Health Equity Module

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Strengths-Based Approaches

Understanding the strengths of the patient populations most affected by tobacco in your community can inform your program planning. You can work with community partners to identify options to leverage strengths to overcome barriers and enhance the impact of your tobacco program.

For example, effective tobacco prevention and treatment campaigns for American Indian communities focus on keeping tobacco sacred and reclaiming traditional practices from commercial tobacco companies in an effort to promote health and preserve culture simultaneously. See more from the National Native Network, UW-CTRI’s Tobacco Disparities pages, and Minnesota Blue Cross Blue Shield Center for Prevention.

In addition, some effective tobacco control messaging programs highlight the history of targeting, exploitation, and cultural appropriation of African-American/Black communities by tobacco companies. See more from the truth initiative and Public Health Law Center.

Universal Proactive Outreach and Treatment

Prompting care teams to offer or deliver tobacco treatment to all patients appears to reduce disparities among historically underserved groups, including minoritized individuals and Medicaid-eligible persons (Baker et al., 2021; Creswell et al., 2022; McCarthy et al., 2022). This is important as disparities in tobacco use prevalence, and its consequences in terms of cancer, have grown as tobacco use rates have declined overall (Irvin Vidrine et al., 2009; Simmons et al., 2016). Such disparities are prominent in usual care conditions in which the onus is on individual patients or clinicians to request or initiate tobacco treatment (Babb et al., 2017).

Targeted and Culturally Specific Approaches

Targeting tobacco treatment and education to underserved populations and those disproportionately affected by tobacco use can also improve health equity. Interventions that are culturally specific have been shown to improve knowledge, health behaviors, and health outcomes, especially when tailored at the patient level (Williams et al., 2016).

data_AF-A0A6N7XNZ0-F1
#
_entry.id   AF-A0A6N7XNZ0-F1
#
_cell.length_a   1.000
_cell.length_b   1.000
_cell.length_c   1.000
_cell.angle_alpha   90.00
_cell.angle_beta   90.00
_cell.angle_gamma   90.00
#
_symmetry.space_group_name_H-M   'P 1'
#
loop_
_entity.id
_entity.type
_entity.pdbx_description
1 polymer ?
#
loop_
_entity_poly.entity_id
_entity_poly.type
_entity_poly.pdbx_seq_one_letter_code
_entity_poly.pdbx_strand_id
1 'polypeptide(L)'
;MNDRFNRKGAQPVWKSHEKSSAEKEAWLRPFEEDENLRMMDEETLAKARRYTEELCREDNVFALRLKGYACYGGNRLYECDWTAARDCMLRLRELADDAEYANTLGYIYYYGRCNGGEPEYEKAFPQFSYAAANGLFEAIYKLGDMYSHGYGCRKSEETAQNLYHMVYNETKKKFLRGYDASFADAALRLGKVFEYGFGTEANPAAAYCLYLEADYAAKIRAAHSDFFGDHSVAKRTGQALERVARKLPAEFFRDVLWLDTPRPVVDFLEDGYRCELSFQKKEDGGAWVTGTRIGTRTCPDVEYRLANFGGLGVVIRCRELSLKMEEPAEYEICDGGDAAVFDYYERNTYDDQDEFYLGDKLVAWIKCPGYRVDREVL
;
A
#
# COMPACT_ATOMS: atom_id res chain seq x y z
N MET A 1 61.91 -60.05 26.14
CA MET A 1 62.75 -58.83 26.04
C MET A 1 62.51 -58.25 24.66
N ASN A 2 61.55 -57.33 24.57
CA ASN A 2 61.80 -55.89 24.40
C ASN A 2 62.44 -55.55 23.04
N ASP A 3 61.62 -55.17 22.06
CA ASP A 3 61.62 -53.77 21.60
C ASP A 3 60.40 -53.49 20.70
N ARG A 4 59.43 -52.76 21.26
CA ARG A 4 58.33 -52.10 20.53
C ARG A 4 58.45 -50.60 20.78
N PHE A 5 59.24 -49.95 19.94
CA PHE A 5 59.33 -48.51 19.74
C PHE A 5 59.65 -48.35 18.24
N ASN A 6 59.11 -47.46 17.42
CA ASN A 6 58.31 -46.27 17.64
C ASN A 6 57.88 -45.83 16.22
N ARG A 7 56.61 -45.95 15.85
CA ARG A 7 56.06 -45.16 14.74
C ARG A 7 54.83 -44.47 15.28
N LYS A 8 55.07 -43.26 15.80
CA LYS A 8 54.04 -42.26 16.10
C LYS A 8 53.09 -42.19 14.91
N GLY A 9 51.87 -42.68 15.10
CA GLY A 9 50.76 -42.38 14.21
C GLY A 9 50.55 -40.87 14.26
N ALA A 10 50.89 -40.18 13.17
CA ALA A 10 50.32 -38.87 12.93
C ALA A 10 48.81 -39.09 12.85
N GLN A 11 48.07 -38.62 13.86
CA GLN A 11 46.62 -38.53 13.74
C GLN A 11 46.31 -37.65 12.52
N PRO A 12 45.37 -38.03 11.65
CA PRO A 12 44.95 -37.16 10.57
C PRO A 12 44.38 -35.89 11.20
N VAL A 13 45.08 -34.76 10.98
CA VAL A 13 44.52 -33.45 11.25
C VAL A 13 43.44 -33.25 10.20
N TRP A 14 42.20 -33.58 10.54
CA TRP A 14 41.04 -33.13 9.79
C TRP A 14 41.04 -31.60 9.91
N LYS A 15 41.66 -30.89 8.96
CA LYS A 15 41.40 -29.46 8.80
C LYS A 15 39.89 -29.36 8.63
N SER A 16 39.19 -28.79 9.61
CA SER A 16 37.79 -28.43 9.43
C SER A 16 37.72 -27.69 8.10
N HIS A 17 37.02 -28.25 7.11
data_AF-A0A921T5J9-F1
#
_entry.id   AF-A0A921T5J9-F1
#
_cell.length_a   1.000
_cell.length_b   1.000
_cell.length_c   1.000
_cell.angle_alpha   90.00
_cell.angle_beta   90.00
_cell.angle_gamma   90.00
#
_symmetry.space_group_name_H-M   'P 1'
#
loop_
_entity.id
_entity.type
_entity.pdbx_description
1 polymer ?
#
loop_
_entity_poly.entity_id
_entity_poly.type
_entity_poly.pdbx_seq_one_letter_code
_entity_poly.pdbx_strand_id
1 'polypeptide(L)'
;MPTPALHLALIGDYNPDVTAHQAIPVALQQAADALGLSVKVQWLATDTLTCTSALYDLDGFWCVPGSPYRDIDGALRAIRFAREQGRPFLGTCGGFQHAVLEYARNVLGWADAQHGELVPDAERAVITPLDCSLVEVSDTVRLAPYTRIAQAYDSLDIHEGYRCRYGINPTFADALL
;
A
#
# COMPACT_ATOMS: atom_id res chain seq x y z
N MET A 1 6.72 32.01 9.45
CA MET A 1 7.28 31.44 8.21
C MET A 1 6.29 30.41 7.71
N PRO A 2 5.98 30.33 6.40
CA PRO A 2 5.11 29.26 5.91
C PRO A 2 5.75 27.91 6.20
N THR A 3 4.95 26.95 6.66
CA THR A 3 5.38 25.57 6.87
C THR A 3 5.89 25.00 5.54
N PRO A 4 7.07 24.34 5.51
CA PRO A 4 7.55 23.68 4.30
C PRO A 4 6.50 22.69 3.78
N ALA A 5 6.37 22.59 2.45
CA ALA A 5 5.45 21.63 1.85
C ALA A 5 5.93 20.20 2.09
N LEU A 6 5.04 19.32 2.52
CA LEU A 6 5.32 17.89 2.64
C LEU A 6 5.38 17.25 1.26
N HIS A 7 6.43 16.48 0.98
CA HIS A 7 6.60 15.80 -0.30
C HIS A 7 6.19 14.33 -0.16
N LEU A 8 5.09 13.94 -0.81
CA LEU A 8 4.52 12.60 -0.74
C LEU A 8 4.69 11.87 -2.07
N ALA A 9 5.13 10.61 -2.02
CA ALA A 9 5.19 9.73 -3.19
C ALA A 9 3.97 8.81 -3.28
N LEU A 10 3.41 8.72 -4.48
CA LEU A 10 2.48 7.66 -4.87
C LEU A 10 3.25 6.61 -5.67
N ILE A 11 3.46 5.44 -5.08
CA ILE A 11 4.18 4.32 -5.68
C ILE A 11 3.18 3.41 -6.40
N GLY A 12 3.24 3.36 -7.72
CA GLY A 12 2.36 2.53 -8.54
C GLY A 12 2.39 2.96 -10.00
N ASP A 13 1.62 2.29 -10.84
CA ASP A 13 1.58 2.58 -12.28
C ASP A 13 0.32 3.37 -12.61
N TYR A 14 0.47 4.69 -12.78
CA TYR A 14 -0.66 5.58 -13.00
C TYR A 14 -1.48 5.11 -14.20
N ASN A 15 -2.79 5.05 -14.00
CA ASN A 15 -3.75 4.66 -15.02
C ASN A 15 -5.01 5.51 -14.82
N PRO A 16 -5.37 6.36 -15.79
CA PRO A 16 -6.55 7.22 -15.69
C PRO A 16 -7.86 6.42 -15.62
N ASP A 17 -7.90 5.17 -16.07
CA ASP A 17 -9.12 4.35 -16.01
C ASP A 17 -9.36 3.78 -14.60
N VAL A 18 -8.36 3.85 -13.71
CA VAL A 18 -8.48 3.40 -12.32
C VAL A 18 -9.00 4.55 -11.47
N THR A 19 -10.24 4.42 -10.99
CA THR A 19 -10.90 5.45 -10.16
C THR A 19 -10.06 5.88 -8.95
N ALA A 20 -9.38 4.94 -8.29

Examples of such programs include:

Based on demographic, diagnostic, and social determinants of health information you collect from patients, you could design system changes that match patients from underserved populations to specialized publicly available resources. 

Assess and Enhance Equity through Quality Improvement and Community Engagement

Interventions designed for individuals (i.e., patients), providers, health care organizations and systems, and communities offer viable options for addressing health disparities through personalized behavior change, education, and policy (Williams et al., 2016). A diverse group of interested parties should be engaged in designing your program to ensure various types of health disparities are addressed and the program results in improved tobacco treatment reach and effectiveness. Consider engaging:

  • Representatives from the populations of interest (i.e., follow guidance from advocates for health equity who advise “nothing about us without us”) 
  • Community advisory or advocacy boards
  • Diversity, equity, and inclusion leaders in your system
  • Front-line staff with experience and knowledge working with underserved groups
  • Community advisory or advocacy boards
  • Quality improvement and business analytics experts who can help you design methods (e.g., dashboards or automated reports) to monitor equity

This team can help you build a program that will enhance health equity and cancer control in vulnerable populations. See these strategies for inclusive leadership and ways to enhance diversity and inclusion in the healthcare workforce.